Jorge Arana Trio: Craftsmen of Controlled Chaos
The experience of music is deeply personal to every one of us, whether it’s through a kinship in the words being spoken, an air of nostalgia or an emotional response to the sounds being made. It’s in that compelling piano run that makes you weep, or that dance-pop anthem that gives you the boost you need to take on the day.
But then, there are songs — the ones with jarring, dissonant grooves, monstrous riffs and bone-chilling modulations — that evoke a different type of emotion. When executed properly, they make us feel like we’re losing control.
With the release of its third album, “Mammoth,” Jorge Arana Trio pushes us right to that edge, to the thin line between lucidity and lunacy. A menacing amalgamation of art rock, jazz fusion, punk and electronic music, the nine-track collection makes us uncomfortable in all the right ways.
“We write stories, but we’re more of an inspiration to people's imagination,” said drummer Josh Enyart. “It is to the ear of the beholder how they interpret the visualizations in their head.”
Arana enlisted Enyart and bassist Jason Nash to explore his convergence of moody, intricate instrumental sounds in 2011. The trio has since become a sought-after act in Kansas City and beyond, pairing exceptional musicianship with wild bursts of sonic hysteria. Released on Haymaker Records, “Mammoth” marks the trio’s second full-length album, following debut LP “Mapache” in 2012 and the “Oso” EP in 2014.
“I definitely try to explore different moods and mental states,” Arana said. “Mammoth” is the trio’s most furious effort yet, due in large part to the songwriter’s ability to emulate a tremulous, dystopian state of mind. “The nice thing about instrumental music is that you can explore thoughts and feelings that can't be expressed in words.”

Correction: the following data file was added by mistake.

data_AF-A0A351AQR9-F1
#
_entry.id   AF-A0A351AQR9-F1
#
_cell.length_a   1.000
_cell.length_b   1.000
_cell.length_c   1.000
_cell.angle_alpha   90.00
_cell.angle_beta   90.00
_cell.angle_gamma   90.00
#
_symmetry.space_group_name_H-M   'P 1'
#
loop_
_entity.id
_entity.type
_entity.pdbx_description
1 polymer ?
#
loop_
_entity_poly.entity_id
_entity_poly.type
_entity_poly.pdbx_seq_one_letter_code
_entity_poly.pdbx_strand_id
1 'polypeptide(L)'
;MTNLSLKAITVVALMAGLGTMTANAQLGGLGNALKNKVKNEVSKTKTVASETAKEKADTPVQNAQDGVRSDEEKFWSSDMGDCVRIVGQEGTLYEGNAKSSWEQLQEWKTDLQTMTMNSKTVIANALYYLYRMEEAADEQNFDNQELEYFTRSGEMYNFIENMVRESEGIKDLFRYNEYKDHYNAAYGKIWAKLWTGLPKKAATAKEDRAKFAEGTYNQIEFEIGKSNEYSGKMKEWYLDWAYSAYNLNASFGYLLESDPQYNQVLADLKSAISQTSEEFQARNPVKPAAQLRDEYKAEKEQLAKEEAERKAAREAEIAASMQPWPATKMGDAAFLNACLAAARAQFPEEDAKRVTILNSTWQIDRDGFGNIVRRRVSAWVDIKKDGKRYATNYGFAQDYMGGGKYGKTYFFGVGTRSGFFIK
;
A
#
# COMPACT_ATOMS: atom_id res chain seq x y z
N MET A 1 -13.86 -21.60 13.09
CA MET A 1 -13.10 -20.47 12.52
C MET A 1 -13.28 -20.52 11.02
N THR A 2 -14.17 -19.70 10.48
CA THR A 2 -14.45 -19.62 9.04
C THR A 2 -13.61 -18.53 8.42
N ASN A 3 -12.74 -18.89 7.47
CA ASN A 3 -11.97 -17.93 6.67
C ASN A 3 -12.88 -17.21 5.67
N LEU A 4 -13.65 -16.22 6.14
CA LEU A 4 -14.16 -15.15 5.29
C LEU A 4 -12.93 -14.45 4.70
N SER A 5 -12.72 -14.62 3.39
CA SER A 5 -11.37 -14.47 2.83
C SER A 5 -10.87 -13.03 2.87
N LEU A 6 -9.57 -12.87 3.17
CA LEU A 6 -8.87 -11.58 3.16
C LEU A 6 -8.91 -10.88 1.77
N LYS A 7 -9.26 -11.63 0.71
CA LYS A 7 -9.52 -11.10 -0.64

But it is Nash’s and Enyart’s contributions that make sense of Arana’s deranged musical expeditions. “Josh and I add our own flair, but it’s Jorge’s structure, or lack thereof,” Nash said. “‘Oso’ and ‘Mammoth’ are Jorge’s crazy schematics; then Josh and I bring the beef.”
For instance, in “Speak, Beast,” Arana weaves in ominous swelling synthesizers that give way to a cutting guitar assault, keeping the listener intrigued and anticipating his next move. Nash and Enyart push the songs forward, creating their own jagged melodies but maintaining a thunderous, sinister groove.
The album clearly shows that Arana, Nash and Enyart know how to bring out the best musical qualities in one another, and it’s hard to picture any other combination of people creating such intensity. But at the end of October, Enyart will be departing the band, moving on to a career in the wind energy field.
“There are a lot of people that would have no problem taking over on drums, in the pure technicality of it,” Enyart said, “but this isn’t about being a drummer. This is about becoming the third member of a trio, and all of the love, passion and devotion for what happens in this group.”
Arana and Nash note that this will inevitably alter the band’s course. “There’s a plethora of great things Josh has done for the trio, behind the drum set or not,” Nash said. “This will definitely put us in a position to change things up.”
But for now, Jorge Arana Trio has another album it can be proud of — an impressive expression of controlled chaos at its most thrilling moment.
“I feel like it's an end of our first phase, like it's a culmination of what we've been doing since we started,” Arana said.
“Mammoth” will be released worldwide on Sept. 23, but copies will be available at the recordBar show Friday, which will include special guests 34 and Riala. On Sept. 9, the trio will appear in Lawrence at Jackpot Music Hall, with Bent Knee and Hyperbor.
— Michelle Bacon is a musician and writer dedicated to the Kansas City music community. She advocates for and helps spotlight music in the area, writes web content for 90.9 The Bridge, and plays with The Philistines and Chris Meck & the Guilty Birds. Her grandma will always be the coolest person she knows.
Feature photo: courtesy of the artist